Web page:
The creation of an Innovation hub or Large Scale Initiative (LSI) is an evolutionary process that can take years in the making and vast amounts of effort targeted to enable the translation of research outcomes into commercialised products, services and value chains. They are often initiated for disruptive technologies that will ultimately result in a paradigm shift. LSIs can comprise of shared state-of-the-art facilities, staff with specialist expertise, large enterprise, small firms, start-ups, incubation facilities, investors, government bodies and a network of linkages resulting in the formation an innovation ecosystem.
The role of public funding for the set-up or continuation of an LSI is essential. Private investors such as banks and venture capital firms can be very reluctant to invest at the early stages of an LSI and will be more interested in financing the subsequent commercialisation of target outcomes and spinouts. At this stage the risks are relatively low. As such LSIs can help to bridge the gap between research and commercialisation activities.
As they evolve, LSIs tend to go through five strategic phases:
Below are some tools that will help you to learn more about planning the development and growth of LSIs:
The LSI may start as a fresh start-up, formed by embracing existing open access facilities or indeed the renewal of a LSI as it approaches the Termination phase. Continuous growth hence demand an evolutionary approach and organic strategy that is responsive to the changing needs of the ecosystem, markets, industry, government and society. As such LSIs have to yield economic and societal impacts often at regional and national level as well as generate commercial opportunities for businesses and industry. The development of a Business Plan for LSI needs to take into consideration and integrate seven key aspects:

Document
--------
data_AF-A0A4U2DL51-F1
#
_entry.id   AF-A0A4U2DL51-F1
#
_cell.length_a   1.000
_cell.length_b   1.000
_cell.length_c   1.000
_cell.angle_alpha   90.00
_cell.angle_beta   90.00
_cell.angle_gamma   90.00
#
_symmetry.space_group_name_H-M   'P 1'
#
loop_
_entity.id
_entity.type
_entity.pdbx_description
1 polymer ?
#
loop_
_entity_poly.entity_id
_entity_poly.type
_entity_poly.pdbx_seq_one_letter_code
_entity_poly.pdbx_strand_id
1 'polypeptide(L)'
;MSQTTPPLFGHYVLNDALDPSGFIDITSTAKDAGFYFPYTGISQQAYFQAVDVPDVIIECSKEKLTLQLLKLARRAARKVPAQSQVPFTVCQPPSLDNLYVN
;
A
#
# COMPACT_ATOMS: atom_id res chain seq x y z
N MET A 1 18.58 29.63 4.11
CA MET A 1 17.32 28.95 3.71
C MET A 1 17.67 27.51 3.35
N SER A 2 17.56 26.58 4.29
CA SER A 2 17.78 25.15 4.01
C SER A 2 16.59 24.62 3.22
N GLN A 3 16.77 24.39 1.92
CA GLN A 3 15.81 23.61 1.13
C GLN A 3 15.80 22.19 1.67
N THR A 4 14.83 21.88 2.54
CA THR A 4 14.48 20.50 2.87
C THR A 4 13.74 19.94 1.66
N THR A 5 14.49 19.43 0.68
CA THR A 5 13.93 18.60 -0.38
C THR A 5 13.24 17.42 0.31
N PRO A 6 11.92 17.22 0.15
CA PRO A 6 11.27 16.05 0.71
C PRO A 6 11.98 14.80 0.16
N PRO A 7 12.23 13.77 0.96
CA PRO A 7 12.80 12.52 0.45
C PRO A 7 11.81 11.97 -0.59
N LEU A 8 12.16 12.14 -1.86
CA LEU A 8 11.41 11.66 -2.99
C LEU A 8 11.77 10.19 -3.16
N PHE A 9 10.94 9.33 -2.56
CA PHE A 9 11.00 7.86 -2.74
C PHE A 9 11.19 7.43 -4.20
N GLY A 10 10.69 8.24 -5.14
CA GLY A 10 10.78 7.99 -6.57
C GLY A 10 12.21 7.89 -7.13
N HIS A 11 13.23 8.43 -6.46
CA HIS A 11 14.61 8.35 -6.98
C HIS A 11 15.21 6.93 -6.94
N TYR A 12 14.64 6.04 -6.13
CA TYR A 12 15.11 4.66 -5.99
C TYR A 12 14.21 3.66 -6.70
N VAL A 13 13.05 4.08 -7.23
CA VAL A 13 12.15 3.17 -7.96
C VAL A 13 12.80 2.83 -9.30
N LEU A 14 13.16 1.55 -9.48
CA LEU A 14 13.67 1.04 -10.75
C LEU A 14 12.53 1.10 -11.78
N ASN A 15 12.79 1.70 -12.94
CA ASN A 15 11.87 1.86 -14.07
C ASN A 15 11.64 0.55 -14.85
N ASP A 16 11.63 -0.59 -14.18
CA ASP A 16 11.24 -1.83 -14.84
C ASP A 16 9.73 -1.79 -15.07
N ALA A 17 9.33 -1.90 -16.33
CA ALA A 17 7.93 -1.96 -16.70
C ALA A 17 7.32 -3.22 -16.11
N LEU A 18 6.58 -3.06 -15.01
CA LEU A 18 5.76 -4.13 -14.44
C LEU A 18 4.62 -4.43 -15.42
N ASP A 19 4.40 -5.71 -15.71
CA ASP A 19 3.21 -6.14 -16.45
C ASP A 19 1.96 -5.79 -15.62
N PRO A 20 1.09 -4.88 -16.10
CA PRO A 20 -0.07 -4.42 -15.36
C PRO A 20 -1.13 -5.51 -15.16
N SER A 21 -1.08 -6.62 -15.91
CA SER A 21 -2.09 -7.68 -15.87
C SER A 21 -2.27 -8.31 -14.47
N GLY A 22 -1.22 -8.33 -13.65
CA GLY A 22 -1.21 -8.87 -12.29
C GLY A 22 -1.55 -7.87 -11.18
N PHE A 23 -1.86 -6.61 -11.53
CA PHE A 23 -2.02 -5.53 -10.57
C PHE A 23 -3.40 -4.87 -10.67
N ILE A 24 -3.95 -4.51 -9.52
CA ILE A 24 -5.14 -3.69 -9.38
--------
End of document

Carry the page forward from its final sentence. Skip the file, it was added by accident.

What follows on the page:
It is important to identify the type of research that will be addressed by the LSI, the scope of the LSI with the initial stakeholders, as well as the added value for society and the economy at large. The connecting element of the foreseen projects should be identified. A business and investment plan should be with a modular approach.Download
The set-up of a multi-annual budget is essential for the formulation of an investment plan. The ratio between private and public funding of projects depends on a variety factors, the most important ones are: stage in lifecycle, position in the innovation chain, sector structure and type of research addressed.Download
LSIs in general seek research driven modalities for the income they want to generate. But a multi-model approach, with non-R&D based activities such as consultancy, intellectual property, advisory, incubation and/or training services is critical in ensuring outcomes, impact and financial sustainability.Download